Because the DynamicCriteria was far too limited for what we were doing. In many cases we don't have a "static" and
"dynamic" part. For instance, we're building unions of queries. Each select included in the union needs the same
predicates. The predicates vary depending on user input, both in number and in what they filter.

Another example is when you have varying number of predicates in predicates that in themselves are sub selects.

We also have selects that will select different column for a specific column alias depending on user input (the
application is used for accessing old legacy databases and a few of them have really bad design).

Our solution for this is to have SQL that is assembled by named fragments. The actual assembly happens in runtime since
there's no way we can predict all combinations on beforehand.

> >>Where's the pain of the current system? I'm not in pain. If there's no pain, I won't be working on it.
> I want to work on actual pain points. The current impl is rather simple, and rather elegant.
> You just write code, with little or no explicit config at all.
>
The largest pain point is the mix of languages. I'm writing an application in Java. Why should I need to declare classes
in an XML file? I want my app to be tight and fit together with near 100% direct impact analysis from the IDE if I
misspell something.

> Why not use annotations rather than relying on global public fields of specific classes?
> Seems to me, that would be both safer and offer more flexibility.
>
> >>Where's the pain? Show me the pain of the current system.
>
An annotation makes a statement about the thing that it annotates. You don't intuitively see that the fields are used by
web4j. Also, turning it around, it's a bit cumbersome to see what things that I can add to an action and how it will be
recognized by web4j. A well documented set of annotations would make that much clearer. Now it's just "magic" that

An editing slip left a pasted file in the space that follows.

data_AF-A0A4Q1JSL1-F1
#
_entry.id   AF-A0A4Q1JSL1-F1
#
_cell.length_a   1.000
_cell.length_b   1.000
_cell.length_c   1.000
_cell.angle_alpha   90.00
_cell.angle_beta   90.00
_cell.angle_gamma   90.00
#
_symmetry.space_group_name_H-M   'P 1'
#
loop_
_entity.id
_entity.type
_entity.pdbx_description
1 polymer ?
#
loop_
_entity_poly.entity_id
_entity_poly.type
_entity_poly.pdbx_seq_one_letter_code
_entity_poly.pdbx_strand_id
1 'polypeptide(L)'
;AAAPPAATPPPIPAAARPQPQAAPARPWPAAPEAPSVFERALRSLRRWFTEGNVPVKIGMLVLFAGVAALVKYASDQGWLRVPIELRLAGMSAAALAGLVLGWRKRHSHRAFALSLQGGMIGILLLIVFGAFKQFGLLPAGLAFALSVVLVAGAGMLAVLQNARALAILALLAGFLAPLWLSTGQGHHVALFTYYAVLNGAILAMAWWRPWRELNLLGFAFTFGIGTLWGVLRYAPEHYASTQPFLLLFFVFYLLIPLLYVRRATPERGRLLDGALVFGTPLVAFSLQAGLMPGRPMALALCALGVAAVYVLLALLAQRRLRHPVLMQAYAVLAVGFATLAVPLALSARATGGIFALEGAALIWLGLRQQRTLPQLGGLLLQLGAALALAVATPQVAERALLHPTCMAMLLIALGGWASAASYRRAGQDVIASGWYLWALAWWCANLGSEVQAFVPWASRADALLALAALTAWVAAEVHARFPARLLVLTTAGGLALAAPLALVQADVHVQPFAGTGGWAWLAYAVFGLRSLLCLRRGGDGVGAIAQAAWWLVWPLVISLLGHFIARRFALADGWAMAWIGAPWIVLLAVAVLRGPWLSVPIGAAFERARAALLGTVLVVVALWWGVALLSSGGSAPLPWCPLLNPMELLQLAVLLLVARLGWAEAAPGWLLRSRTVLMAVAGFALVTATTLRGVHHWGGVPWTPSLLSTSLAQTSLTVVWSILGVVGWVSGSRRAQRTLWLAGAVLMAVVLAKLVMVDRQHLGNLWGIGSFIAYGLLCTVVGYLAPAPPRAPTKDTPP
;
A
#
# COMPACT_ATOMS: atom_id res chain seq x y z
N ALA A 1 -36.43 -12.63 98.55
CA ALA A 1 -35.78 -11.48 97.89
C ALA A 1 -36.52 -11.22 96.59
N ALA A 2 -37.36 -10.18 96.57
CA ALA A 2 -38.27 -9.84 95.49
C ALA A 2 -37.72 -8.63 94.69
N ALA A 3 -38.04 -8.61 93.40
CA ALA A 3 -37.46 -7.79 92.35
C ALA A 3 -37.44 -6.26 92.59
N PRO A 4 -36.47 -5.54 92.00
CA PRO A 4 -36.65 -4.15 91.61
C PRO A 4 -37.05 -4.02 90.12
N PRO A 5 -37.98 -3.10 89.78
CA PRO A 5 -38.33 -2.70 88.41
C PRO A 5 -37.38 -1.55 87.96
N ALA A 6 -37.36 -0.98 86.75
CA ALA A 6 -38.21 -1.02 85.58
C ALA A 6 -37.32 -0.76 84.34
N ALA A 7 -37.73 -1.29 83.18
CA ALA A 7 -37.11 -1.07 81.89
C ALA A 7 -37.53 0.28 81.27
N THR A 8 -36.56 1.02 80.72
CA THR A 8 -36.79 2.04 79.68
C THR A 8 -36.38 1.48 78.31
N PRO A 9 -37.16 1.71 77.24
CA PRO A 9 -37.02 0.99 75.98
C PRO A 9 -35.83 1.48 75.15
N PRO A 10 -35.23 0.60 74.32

happens under the cover.

> A proper build system should be set up (perhaps using Travic-CI or Maven)?
>
> >>Yes, the source distribution is way too bare bones.
> I will add an Ant build.xml and a README, and perhaps all of the jars I'm compiling against.
> But that's all. Maven gives me feelings of existential nausea. Sorry, not going there.
>
We all have our preferences. The advantages with Maven is probably more in distribution and ease of consumption than in
the actual build (which, in this case would be incredible simple). You can do everything with ant of course, it's just
ten times more lines of XML.

- thomas

John O'Hanley

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Sep 24, 2013, 9:17:25 AM9/24/13
to web4j...@googlegroups.com

My objective isn't to have a lot of traffic on this mailing list: my objective is to have
zero traffic on this mailing list. Why? Because every posting to a mailing list
represents a failure of some sort, a source of real pain to someone: a bug, or something is too hard to
understand, or poor documentation, or a feature that's not present but really should be.

web4j is my first born child. Forgive me if I trust no one to the point of giving them commit